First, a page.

A stellar black hole of 1 M☉ has a Hawking temperature of 62 nanokelvins.[141] This is far less than the 2.7 K temperature of the cosmic microwave background radiation. Stellar-mass or larger black holes receive more mass from the cosmic microwave background than they emit through Hawking radiation and thus will grow instead of shrinking.[142] To have a Hawking temperature larger than 2.7 K (and be able to evaporate), a black hole would need a mass less than the Moon. Such a black hole would have a diameter of less than a tenth of a millimeter.[143]

The mass of the Moon is 1.3472 times 10n to the 22th power kilograms, or 0.0123 the mass of Earth. So the most massive planet, with about 13 times the mass of Jupiter or about 4,131.4 times the mass of Earth, would have about 335,886.17 times the mass of least massive possible primordial black hole.

That gives a large range of possible masses, and thus escape horizon radii, for a primordial black hole that mergers with a gas giant planet. And thus the possible effects of the black hole on the planet may vary greatly with the mass of the primordial black hole.

And possibly someone at this site might be able to do the calculations necessary to find the hypothetical mass of a primordial black hole which would be right (if there is a right mass) to turn a gas giant planet into sort of a star like object.

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  • $\begingroup$ 30 miles/sec should leave something hotter than the surface of a typical star. Jarvenon's closest relatives will be white dwarfs, but Jarvenon will have nowhere near the gravity nor heat capacity, it will cool much faster. $\endgroup$ Nov 21, 2022 at 5:38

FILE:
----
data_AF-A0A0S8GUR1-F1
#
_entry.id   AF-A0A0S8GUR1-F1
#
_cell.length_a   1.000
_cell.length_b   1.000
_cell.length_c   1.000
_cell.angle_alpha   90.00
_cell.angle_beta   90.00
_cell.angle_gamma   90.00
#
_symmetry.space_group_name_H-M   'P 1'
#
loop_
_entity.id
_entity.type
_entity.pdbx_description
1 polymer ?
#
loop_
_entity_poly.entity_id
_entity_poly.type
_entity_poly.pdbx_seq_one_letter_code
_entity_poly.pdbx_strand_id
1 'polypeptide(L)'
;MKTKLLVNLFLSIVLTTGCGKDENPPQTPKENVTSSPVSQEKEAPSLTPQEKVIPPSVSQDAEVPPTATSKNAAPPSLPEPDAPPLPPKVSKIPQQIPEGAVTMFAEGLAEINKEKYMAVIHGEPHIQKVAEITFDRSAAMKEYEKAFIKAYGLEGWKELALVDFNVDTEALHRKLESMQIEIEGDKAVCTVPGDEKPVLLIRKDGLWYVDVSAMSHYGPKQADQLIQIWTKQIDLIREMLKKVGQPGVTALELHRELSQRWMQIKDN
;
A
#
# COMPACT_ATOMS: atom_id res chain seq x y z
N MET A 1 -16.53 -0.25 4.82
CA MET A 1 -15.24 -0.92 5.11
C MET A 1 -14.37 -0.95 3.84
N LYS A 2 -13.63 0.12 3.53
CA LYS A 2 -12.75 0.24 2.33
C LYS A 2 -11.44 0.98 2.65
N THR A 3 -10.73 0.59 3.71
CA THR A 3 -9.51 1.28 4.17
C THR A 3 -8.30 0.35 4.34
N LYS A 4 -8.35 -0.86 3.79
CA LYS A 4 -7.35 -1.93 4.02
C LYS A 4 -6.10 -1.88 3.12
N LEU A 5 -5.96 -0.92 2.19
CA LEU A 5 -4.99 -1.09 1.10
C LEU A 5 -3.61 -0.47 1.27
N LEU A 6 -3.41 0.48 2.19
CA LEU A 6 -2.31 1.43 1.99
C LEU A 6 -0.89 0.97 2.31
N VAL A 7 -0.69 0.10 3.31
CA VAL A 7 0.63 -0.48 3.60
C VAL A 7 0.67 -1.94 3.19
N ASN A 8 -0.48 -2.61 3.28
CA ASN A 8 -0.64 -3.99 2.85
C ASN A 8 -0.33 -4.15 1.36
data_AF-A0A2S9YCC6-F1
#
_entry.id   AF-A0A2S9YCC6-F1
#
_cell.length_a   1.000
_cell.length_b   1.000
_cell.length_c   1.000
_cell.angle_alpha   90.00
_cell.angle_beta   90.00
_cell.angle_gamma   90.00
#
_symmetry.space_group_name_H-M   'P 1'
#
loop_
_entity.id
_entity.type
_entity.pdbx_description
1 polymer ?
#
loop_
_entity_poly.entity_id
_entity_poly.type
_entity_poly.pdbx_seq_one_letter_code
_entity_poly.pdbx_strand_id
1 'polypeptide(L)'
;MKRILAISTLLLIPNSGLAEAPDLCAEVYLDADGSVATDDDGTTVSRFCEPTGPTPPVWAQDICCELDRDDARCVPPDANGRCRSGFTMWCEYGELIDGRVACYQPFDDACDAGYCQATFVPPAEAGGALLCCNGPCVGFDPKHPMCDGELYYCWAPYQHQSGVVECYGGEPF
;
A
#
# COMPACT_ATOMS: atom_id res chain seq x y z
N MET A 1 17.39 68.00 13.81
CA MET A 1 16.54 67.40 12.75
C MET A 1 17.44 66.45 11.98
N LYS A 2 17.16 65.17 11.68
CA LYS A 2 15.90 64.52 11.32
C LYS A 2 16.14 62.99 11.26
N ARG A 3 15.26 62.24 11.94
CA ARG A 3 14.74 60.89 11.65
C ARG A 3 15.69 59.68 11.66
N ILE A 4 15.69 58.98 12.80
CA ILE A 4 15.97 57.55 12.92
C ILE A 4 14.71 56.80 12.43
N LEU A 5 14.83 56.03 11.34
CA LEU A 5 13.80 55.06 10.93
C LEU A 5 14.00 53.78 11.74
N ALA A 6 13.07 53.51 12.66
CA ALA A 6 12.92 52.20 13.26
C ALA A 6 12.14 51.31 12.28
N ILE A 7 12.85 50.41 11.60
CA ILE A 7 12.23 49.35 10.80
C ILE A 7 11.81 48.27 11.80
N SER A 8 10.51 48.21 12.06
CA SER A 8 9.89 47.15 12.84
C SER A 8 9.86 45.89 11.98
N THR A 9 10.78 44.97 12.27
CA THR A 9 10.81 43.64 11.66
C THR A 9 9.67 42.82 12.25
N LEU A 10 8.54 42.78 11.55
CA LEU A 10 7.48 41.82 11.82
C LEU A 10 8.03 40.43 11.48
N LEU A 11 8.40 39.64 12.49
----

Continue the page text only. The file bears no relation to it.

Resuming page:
• $\begingroup$ @Loren Pechtel Great comment. Do yuo have any idea of how long a hypothetical Jarnevon turned glowing orb might possibly have a fairly steady luminosity to heat some nearby worlds? If it took thusands of years, for example, to terraform a nearby world to be habitable, would the heat from the former Jarnevon last long enough to make the terraformngworthwhile? $\endgroup$ Nov 21, 2022 at 19:24
  • $\begingroup$ Any world that would be close enough to be warmed would have to be in orbit about it and I think any such world would be scoured clean by the smack Jarvenon took. 30 mi/sec is above the escape velocity of any reasonable mass for Jarvenon (if it had that kind of mass it would be a neptune, not a rocky world) and thus a lot of debris went flying. $\endgroup$ Nov 22, 2022 at 2:29